Financial markets began to rebound in 2012 with help from central banks, and now head into 2013 with hopes of economic growth in China and the United States while keeping a wary eye on the situation in the eurozone.
"In 2012, there will clearly be a 'before' and an 'after' Draghi," said Aurel BGC broker Jean-Louis Mourier in reference to European Central Bank (ECB) chief Mario Draghi.
Early in the year, tension on financial markets had spiked owing in part to the deterioration of the Spanish economy and the government's financial position.
But in late July, Draghi said that the ECB was "ready to do whatever it takes to preserve the euro," and turned the tide against speculators who were betting on a full-blown eurozone crisis.
In September, the central bank unveiled one of its most effective tools to date, a bond-buying programme dubbed Outright Monetary Transactions or OMTs to underpin the debt of countries that that have sought help from European rescue funds.
The programme has not been used to date, mainly because its very announcement reassured investors and the fact that Spain has done its best to avoid seeking a bailout similar to those which were granted to Greece, Ireland and Portugal.
"No matter. The ECB has now built a very effective firewall. The public debt crisis is not over, countries will need years to get back within their budget limits, but the risk that represented on financial markets has essentially disappeared," Mourier said.
The scenario of Greece being forced to pull out of the 17-nation eurozone has also faded into the background, while moves towards a common eurozone banking supervisor and structural reforms in Italy and Spain have bolstered investor confidence as well.
Major European stock markets have taken note and as of December 20, Paris showed a gain of 16 percent from the beginning of the year, while London was up by 7.0 percent and Frankfurt by 30 percent.
In New York, the Dow Jones Industrial Average showed a gain of 8.5 percent, and the MSCI emerging markets index was up by 12 percent.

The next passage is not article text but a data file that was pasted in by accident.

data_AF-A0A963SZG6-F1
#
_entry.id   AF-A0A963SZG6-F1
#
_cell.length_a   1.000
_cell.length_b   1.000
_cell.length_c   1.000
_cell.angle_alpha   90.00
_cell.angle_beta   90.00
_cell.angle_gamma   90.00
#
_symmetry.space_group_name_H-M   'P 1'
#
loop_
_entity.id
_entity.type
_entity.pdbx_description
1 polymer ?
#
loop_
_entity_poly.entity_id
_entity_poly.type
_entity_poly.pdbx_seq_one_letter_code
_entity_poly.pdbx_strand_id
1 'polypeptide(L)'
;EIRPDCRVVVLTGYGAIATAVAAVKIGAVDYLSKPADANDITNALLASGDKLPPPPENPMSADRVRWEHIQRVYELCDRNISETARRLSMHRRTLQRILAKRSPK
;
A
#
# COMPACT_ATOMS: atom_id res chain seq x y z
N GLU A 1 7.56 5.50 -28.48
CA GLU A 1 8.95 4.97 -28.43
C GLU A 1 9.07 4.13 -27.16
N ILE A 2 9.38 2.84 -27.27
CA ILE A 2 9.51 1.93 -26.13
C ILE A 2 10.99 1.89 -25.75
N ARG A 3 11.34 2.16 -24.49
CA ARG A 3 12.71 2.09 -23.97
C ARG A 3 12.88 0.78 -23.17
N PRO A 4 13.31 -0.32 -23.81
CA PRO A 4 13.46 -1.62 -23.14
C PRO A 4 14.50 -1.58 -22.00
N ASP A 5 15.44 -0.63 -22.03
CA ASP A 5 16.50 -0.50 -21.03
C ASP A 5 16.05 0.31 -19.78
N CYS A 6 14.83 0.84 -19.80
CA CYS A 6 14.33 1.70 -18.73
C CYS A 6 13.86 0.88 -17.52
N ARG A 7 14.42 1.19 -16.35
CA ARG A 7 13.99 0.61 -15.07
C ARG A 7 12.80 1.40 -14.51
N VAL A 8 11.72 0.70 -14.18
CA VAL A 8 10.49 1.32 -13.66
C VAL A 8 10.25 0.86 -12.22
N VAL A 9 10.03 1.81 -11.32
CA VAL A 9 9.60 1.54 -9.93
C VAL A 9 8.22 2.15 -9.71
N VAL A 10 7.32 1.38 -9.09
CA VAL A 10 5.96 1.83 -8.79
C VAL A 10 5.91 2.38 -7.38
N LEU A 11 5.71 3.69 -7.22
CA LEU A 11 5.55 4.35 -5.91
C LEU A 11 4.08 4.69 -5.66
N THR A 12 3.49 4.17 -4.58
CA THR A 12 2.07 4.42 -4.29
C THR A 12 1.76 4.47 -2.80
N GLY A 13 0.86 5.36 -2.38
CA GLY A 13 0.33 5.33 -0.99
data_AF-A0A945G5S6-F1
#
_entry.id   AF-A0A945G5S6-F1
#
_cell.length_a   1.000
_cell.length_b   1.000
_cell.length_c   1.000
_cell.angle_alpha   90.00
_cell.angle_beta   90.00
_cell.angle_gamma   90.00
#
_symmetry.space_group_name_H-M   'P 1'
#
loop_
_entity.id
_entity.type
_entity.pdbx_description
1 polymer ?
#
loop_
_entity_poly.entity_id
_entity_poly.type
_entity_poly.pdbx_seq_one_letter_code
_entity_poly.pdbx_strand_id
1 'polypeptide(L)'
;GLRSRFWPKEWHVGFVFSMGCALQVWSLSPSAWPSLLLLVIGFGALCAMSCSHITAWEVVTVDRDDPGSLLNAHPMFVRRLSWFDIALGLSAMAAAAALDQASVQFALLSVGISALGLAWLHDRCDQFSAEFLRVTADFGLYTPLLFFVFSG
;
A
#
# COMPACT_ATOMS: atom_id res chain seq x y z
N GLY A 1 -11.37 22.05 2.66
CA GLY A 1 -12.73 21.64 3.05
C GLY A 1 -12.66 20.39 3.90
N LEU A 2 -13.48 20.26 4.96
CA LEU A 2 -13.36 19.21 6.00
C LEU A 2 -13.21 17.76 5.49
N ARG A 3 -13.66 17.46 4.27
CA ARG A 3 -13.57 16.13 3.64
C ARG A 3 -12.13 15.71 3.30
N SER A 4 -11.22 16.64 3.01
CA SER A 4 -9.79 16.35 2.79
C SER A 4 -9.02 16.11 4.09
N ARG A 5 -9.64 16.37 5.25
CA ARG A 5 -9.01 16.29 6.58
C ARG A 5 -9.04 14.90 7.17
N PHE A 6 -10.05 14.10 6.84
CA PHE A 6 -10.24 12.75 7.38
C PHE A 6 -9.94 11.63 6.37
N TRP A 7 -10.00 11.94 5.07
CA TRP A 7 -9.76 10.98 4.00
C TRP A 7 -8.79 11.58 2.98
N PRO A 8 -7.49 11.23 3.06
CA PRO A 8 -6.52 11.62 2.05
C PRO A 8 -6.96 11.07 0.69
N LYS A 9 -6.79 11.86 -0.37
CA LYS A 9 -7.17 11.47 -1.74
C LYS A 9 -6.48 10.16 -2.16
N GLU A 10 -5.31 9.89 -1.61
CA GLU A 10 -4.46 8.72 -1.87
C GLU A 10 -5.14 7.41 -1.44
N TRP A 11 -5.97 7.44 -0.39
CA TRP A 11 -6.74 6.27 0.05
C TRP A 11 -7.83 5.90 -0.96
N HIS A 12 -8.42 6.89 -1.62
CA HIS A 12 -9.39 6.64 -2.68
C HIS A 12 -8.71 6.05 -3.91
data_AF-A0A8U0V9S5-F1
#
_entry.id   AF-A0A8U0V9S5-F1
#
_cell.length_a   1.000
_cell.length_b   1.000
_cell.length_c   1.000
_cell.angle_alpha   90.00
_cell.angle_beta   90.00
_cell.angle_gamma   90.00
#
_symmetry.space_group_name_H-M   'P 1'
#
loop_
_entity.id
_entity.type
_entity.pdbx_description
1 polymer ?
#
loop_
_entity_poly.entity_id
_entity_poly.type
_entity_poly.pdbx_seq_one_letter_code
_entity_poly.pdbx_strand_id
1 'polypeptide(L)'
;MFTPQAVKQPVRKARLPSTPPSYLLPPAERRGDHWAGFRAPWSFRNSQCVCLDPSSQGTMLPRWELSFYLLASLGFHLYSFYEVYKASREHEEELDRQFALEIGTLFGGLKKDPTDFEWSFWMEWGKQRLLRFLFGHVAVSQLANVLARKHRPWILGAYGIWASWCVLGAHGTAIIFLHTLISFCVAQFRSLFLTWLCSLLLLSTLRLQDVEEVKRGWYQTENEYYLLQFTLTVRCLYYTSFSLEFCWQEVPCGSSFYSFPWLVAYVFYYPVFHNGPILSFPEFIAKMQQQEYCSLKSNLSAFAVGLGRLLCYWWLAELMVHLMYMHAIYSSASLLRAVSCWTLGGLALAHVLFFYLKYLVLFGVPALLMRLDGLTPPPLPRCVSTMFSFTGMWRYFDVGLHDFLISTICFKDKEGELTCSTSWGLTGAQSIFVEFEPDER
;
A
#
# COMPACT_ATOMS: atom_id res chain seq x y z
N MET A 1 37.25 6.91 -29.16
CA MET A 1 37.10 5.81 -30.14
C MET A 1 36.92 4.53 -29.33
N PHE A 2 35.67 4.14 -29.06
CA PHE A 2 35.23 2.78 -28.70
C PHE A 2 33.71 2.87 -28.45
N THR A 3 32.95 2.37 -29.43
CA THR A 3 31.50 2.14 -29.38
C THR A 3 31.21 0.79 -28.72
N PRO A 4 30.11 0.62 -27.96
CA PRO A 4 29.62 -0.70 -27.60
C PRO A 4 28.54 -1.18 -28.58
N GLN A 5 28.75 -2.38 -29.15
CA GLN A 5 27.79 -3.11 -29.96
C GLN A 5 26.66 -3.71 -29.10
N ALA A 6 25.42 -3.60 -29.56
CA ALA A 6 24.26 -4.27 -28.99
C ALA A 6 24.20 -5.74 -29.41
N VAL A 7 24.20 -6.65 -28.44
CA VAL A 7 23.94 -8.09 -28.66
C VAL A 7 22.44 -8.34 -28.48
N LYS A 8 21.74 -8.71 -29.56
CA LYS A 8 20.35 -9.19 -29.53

On secondary markets for public debt, high tension that persisted earlier this year has eased, even though the interest rates on Italian and Spanish debt remain at elevated levels.
Looking ahead to 2013, investors are reassured, but remain prudent nonetheless.
Looming ahead is the threat of a so-called fiscal cliff in the United States, a combination of automatic tax increases and spending cuts set to take effect in January barring a compromise before then by Republican and Democratic lawmakers.
Economists warn that the combination of increases and cuts worth around $600 billion could push the US economy into recession.
"US companies have held back on investment plans for three quarters. The machine has to be restarted," said Mirela Agache-Durand at Oddo Securities.
Several unknowns exist in Europe as well.
"Where do things stand with a Spanish bailout request, a new write-down of Greek debt, or French reforms," wondered Olivier Raingeard, head economist at the Neuflize OBC bank.
"Elections in Germany and Italy will also put some pressure on markets," he noted.
What seems like the biggest brake however is a chronic lack of economic growth in the eurozone.
"Leaders are going to have to come to agreement to ease budget constraints that are holding countries back to give their economies some breathing space," Raingeard said.
He forecast that would happen once it became clear that France would not reach its target of cutting the public deficit to 3.0 percent of gross domestic product (GDP) next year.
Meanwhile, the US economy and those of key emerging markets, look set for solid expansions in 2013.
In the US, business activity should "benefit from a rebound in real-estate" and a "sharp decrease in energy prices," Agache-Durand forecast.
In China, "the perspectives are encouraging" as well, analysts at the Swiss bank Pictet said in a research note, owing to anticipated increases in construction and other investments.